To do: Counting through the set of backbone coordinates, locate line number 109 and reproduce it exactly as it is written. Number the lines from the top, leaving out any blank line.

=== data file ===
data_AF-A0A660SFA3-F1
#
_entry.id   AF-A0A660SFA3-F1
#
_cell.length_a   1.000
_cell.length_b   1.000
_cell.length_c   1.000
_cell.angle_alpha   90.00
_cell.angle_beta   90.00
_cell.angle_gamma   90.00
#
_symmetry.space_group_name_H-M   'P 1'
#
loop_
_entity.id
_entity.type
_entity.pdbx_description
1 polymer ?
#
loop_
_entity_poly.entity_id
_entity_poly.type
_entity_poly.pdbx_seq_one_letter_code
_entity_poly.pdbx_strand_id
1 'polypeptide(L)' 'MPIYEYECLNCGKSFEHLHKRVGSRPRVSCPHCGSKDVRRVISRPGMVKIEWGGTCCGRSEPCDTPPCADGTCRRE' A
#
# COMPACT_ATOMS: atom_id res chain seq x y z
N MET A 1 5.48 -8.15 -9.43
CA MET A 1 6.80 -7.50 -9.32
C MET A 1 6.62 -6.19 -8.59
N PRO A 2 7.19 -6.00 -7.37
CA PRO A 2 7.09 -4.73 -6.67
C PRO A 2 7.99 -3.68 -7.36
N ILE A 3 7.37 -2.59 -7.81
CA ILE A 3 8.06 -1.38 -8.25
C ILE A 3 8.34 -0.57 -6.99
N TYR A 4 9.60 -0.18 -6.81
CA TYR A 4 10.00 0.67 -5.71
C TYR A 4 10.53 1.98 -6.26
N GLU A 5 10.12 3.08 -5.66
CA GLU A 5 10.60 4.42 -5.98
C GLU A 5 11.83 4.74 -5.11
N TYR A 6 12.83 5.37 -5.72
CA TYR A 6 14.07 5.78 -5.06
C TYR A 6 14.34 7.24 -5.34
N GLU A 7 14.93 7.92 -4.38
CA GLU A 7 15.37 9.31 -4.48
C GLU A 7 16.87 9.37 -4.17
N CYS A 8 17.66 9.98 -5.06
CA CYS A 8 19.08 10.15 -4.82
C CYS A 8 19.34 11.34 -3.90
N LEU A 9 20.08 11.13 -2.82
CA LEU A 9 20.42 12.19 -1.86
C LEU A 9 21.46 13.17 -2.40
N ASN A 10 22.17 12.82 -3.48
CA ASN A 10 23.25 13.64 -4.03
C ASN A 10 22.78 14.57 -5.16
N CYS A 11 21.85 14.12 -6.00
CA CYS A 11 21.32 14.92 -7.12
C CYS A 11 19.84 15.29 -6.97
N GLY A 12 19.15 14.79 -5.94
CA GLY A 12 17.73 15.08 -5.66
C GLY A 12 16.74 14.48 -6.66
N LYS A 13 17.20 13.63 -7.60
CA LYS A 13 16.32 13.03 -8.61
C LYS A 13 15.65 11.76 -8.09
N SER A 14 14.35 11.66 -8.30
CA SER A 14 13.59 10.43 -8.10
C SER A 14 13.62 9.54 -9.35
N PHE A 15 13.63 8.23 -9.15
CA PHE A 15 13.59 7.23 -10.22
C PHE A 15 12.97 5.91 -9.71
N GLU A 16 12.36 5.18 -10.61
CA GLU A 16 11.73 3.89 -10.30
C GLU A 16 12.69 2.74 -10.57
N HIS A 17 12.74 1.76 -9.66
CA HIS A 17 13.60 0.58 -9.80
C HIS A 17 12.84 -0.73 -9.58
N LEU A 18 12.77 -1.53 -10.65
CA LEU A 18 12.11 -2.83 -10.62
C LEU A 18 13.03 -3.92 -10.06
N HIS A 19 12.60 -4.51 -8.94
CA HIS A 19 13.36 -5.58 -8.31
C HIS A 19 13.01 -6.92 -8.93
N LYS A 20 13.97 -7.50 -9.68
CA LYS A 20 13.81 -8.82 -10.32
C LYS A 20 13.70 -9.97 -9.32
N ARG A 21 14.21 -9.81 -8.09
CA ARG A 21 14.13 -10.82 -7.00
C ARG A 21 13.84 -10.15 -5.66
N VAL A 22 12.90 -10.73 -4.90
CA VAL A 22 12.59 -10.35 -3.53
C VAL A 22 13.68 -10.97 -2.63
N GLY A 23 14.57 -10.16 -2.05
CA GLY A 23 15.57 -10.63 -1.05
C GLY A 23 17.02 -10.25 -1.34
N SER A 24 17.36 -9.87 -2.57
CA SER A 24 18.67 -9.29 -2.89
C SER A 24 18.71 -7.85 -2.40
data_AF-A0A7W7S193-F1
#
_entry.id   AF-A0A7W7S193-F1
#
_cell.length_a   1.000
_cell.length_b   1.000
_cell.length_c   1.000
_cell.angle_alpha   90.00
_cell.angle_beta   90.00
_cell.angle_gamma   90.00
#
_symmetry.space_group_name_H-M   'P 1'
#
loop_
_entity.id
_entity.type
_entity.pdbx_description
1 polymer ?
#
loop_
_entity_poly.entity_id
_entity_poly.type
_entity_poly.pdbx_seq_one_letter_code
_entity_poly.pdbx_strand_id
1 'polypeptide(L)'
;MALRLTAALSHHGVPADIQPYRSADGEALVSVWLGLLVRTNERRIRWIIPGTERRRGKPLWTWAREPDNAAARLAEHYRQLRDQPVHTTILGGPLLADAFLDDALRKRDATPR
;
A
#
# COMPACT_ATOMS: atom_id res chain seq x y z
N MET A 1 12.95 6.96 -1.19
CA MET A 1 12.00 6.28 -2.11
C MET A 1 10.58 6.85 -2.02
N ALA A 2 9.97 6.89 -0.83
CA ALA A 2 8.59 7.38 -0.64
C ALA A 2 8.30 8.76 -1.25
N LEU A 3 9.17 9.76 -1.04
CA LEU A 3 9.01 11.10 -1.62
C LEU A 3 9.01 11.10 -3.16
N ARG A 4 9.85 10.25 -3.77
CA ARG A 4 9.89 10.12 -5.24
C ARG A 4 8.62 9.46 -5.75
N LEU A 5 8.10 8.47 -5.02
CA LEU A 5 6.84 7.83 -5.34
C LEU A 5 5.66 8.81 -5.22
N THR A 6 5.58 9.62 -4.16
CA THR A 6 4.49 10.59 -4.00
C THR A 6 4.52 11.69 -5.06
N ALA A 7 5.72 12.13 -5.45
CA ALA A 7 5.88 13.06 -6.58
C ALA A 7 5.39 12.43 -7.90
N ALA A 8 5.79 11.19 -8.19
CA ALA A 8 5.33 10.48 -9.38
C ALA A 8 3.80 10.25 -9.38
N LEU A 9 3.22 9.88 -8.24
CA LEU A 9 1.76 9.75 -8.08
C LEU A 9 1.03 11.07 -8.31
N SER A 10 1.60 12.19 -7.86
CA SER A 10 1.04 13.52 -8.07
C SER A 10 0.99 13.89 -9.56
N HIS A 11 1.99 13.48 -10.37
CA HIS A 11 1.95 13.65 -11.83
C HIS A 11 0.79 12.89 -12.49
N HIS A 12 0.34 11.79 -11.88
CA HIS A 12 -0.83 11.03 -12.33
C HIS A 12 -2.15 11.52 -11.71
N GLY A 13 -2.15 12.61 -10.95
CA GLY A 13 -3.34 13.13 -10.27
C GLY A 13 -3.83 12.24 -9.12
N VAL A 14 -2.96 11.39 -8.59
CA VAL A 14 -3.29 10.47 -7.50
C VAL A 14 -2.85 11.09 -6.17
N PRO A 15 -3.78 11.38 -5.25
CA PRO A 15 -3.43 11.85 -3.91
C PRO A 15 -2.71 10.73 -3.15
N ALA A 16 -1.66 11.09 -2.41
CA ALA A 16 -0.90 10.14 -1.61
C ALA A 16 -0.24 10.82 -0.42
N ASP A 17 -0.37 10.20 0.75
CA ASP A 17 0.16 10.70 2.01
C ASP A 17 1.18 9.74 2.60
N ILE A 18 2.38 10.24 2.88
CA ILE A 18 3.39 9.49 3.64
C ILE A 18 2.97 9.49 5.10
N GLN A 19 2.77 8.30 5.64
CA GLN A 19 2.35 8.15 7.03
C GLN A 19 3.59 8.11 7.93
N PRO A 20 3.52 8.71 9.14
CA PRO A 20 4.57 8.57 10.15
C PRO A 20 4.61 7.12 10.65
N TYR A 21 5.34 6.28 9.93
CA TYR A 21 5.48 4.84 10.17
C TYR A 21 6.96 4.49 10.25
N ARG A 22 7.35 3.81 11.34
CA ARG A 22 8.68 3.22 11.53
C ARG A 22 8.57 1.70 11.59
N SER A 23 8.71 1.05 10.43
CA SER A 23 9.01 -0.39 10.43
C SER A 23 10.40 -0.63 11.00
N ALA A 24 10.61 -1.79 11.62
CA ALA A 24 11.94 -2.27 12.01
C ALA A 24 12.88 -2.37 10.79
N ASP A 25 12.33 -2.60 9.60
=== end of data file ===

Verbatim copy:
_cell.angle_gamma   90.00